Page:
Potential prediction of the microbial spoilage of beef using spatially resolved hyperspectral scattering profiles
Yankun Peng, Jing Zhang, Wei Wang, Yongyu Li, Jianhu Wu, Hui Huang, Xiaodong Gao, Weikang Jiang
China Agricultural University, No. 17 Qinghua East Road, Haidian, Beijing 100083, China.
Spoilage in beef is the result of decomposition and the formation of metabolites caused by the growth and enzymatic activity of microorganisms. There is still no technology for the rapid, accurate and non-destructive detection of bacterially spoiled or contaminated beef. In this study, hyperspectral imaging technique was exploited to measure biochemical changes within the fresh beef. Fresh beef rump steaks were purchased from a commercial plant, and left to spoil in refrigerator at 8 °C. Every 12 h, hyperspectral scattering profiles over the spectral region between 400 and 1100 nm were collected directly from the sample surface in reflection pattern in order to develop an optimal model for prediction of the beef spoilage, in parallel the total viable count (TVC) per gram of beef were obtained by classical microbiological plating methods. The spectral scattering profiles at individual wavelengths were fitted accurately by a two-parameter Lorentzian distribution function. TVC prediction models were developed, using multi-linear regression, on relating individual Lorentzian parameters and their combinations at different wavelengths to log10(TVC) value. The best predictions were obtained with r2 = 0.95 and SEP = 0.30 for log10(TVC). The research demonstrated that hyperspectral imaging technique showed potential for real-time and non-destructive detection of bacterial spoilage in beef.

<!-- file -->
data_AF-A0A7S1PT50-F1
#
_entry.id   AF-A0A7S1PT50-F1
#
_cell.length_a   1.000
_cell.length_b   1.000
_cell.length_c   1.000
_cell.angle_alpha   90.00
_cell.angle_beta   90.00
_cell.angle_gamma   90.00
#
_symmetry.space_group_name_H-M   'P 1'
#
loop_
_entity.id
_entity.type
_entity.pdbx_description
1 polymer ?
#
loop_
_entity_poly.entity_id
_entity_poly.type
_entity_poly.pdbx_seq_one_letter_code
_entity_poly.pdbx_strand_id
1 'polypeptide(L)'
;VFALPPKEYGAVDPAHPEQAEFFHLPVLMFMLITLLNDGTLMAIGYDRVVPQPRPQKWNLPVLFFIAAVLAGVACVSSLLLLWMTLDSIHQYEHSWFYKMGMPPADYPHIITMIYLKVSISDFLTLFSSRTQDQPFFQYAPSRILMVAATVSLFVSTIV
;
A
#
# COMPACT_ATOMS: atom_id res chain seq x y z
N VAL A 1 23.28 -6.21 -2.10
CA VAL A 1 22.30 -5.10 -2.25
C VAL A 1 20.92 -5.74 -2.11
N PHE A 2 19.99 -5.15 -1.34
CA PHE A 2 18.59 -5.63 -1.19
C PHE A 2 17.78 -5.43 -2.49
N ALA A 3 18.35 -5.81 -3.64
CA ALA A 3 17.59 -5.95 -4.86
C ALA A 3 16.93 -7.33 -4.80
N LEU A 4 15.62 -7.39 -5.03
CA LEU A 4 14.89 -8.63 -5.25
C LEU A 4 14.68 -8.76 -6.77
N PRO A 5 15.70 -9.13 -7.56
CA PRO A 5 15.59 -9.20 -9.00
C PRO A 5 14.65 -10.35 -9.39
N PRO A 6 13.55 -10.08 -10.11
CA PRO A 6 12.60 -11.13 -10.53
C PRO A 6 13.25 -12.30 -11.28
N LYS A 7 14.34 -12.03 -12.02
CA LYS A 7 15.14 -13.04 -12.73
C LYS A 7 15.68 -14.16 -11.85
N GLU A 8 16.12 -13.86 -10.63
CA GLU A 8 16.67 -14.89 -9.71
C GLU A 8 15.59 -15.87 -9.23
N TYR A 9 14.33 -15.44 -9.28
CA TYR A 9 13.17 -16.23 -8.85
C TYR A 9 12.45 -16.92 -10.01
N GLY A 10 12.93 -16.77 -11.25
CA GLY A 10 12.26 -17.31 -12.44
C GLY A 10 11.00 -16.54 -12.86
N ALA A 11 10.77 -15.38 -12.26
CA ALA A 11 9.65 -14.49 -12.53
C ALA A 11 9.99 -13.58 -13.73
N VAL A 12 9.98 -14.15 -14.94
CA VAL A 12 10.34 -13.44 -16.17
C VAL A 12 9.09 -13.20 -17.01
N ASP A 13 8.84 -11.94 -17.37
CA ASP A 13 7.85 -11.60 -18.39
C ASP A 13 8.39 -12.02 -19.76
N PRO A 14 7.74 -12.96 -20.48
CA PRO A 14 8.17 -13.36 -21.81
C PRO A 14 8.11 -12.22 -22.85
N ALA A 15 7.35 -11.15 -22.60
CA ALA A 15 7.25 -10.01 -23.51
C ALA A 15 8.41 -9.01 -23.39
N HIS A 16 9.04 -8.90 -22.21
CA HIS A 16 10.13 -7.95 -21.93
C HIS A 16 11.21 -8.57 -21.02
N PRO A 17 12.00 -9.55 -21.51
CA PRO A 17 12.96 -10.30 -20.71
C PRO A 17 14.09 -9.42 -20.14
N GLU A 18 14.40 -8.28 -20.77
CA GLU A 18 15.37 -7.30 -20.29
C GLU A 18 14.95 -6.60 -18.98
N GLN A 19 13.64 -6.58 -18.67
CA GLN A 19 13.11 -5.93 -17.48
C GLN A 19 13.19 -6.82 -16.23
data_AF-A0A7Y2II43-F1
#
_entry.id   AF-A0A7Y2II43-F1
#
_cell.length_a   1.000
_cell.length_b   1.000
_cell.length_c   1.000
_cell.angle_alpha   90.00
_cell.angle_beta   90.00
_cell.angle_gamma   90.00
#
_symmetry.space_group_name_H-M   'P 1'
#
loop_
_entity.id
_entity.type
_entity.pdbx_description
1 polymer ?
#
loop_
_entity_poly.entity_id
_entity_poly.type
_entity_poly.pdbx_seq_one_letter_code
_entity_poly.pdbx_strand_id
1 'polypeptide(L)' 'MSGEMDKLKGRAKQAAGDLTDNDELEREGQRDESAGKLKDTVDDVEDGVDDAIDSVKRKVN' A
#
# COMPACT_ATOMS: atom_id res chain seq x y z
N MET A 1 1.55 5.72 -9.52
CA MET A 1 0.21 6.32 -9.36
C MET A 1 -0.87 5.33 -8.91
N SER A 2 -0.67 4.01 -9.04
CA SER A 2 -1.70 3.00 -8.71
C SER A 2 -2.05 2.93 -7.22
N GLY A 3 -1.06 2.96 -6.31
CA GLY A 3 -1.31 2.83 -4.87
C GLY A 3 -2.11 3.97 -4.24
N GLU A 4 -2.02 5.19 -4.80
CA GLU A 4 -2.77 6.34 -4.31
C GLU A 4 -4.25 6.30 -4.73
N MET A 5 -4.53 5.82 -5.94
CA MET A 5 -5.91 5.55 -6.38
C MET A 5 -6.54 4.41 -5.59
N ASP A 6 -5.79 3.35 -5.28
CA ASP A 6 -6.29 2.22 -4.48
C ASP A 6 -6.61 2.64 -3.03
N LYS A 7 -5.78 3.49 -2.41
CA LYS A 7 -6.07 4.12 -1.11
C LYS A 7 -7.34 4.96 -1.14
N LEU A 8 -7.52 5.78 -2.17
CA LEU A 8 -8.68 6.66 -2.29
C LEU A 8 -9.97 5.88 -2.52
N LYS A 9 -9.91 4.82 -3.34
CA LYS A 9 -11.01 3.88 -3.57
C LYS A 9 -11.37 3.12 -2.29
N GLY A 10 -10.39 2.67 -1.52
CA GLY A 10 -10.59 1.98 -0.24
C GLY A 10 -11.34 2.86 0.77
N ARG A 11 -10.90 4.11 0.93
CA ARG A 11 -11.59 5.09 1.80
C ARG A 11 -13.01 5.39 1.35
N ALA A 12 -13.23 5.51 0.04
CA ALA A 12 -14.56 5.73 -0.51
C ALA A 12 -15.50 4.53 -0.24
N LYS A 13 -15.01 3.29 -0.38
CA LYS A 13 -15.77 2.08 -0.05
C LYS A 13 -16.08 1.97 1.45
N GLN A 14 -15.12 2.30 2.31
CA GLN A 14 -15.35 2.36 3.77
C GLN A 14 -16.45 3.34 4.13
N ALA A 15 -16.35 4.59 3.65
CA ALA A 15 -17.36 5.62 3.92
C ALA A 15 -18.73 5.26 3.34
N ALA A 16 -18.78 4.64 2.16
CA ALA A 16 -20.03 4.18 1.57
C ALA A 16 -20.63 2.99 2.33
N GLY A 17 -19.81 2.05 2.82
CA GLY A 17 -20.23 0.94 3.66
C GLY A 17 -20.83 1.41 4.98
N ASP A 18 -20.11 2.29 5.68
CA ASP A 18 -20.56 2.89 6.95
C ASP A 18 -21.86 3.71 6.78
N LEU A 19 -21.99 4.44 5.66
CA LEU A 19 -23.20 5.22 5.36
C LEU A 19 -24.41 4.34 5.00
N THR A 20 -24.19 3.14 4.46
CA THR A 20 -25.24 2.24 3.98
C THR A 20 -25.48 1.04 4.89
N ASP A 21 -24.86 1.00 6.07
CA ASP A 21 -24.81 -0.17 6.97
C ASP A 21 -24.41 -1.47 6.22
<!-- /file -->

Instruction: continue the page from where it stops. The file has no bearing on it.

Fig. 1. Schematic of the hyperspectral imaging system.